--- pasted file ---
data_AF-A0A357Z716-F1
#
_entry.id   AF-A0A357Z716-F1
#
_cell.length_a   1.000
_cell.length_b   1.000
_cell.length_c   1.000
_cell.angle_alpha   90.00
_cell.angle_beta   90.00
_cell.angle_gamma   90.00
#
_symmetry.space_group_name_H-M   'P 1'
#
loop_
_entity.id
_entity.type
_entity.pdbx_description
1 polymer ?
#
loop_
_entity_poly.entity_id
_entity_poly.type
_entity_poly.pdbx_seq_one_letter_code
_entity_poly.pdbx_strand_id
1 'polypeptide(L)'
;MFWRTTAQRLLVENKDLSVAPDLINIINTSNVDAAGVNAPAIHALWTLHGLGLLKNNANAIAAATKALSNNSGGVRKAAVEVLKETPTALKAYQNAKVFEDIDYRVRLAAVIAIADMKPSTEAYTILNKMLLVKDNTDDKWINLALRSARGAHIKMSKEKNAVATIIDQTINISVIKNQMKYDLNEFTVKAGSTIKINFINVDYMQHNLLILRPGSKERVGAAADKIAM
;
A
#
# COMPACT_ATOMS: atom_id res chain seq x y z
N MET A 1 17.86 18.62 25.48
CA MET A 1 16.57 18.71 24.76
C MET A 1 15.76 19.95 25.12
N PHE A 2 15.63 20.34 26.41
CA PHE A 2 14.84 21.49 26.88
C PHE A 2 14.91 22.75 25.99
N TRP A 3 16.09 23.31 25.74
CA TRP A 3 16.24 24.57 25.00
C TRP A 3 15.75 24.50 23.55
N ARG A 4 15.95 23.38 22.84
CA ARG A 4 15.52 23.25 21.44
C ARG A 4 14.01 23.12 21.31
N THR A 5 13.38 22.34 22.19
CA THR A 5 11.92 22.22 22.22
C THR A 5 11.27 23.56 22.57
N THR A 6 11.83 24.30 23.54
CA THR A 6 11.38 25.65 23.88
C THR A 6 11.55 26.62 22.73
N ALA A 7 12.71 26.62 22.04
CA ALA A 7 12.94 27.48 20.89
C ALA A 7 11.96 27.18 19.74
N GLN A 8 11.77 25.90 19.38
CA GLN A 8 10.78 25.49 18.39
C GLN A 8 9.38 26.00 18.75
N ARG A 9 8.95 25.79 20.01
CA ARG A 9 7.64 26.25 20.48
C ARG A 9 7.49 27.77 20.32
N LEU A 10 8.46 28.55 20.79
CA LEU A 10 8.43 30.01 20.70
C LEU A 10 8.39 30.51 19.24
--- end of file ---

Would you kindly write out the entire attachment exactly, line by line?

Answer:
data_AF-A0A357Z716-F1
#
_entry.id   AF-A0A357Z716-F1
#
_cell.length_a   1.000
_cell.length_b   1.000
_cell.length_c   1.000
_cell.angle_alpha   90.00
_cell.angle_beta   90.00
_cell.angle_gamma   90.00
#
_symmetry.space_group_name_H-M   'P 1'
#
loop_
_entity.id
_entity.type
_entity.pdbx_description
1 polymer ?
#
loop_
_entity_poly.entity_id
_entity_poly.type
_entity_poly.pdbx_seq_one_letter_code
_entity_poly.pdbx_strand_id
1 'polypeptide(L)'
;MFWRTTAQRLLVENKDLSVAPDLINIINTSNVDAAGVNAPAIHALWTLHGLGLLKNNANAIAAATKALSNNSGGVRKAAVEVLKETPTALKAYQNAKVFEDIDYRVRLAAVIAIADMKPSTEAYTILNKMLLVKDNTDDKWINLALRSARGAHIKMSKEKNAVATIIDQTINISVIKNQMKYDLNEFTVKAGSTIKINFINVDYMQHNLLILRPGSKERVGAAADKIAM
;
A
#
# COMPACT_ATOMS: atom_id res chain seq x y z
N MET A 1 17.86 18.62 25.48
CA MET A 1 16.57 18.71 24.76
C MET A 1 15.76 19.95 25.12
N PHE A 2 15.63 20.34 26.41
CA PHE A 2 14.84 21.49 26.88
C PHE A 2 14.91 22.75 25.99
N TRP A 3 16.09 23.31 25.74
CA TRP A 3 16.24 24.57 25.00
C TRP A 3 15.75 24.50 23.55
N ARG A 4 15.95 23.38 22.84
CA ARG A 4 15.52 23.25 21.44
C ARG A 4 14.01 23.12 21.31
N THR A 5 13.38 22.34 22.19
CA THR A 5 11.92 22.22 22.22
C THR A 5 11.27 23.56 22.57
N THR A 6 11.83 24.30 23.54
CA THR A 6 11.38 25.65 23.88
C THR A 6 11.55 26.62 22.73
N ALA A 7 12.71 26.62 22.04
CA ALA A 7 12.94 27.48 20.89
C ALA A 7 11.96 27.18 19.74
N GLN A 8 11.77 25.90 19.38
CA GLN A 8 10.78 25.49 18.39
C GLN A 8 9.38 26.00 18.75
N ARG A 9 8.95 25.79 20.01
CA ARG A 9 7.64 26.25 20.48
C ARG A 9 7.49 27.77 20.32
N LEU A 10 8.46 28.55 20.79
CA LEU A 10 8.43 30.01 20.70
C LEU A 10 8.39 30.51 19.24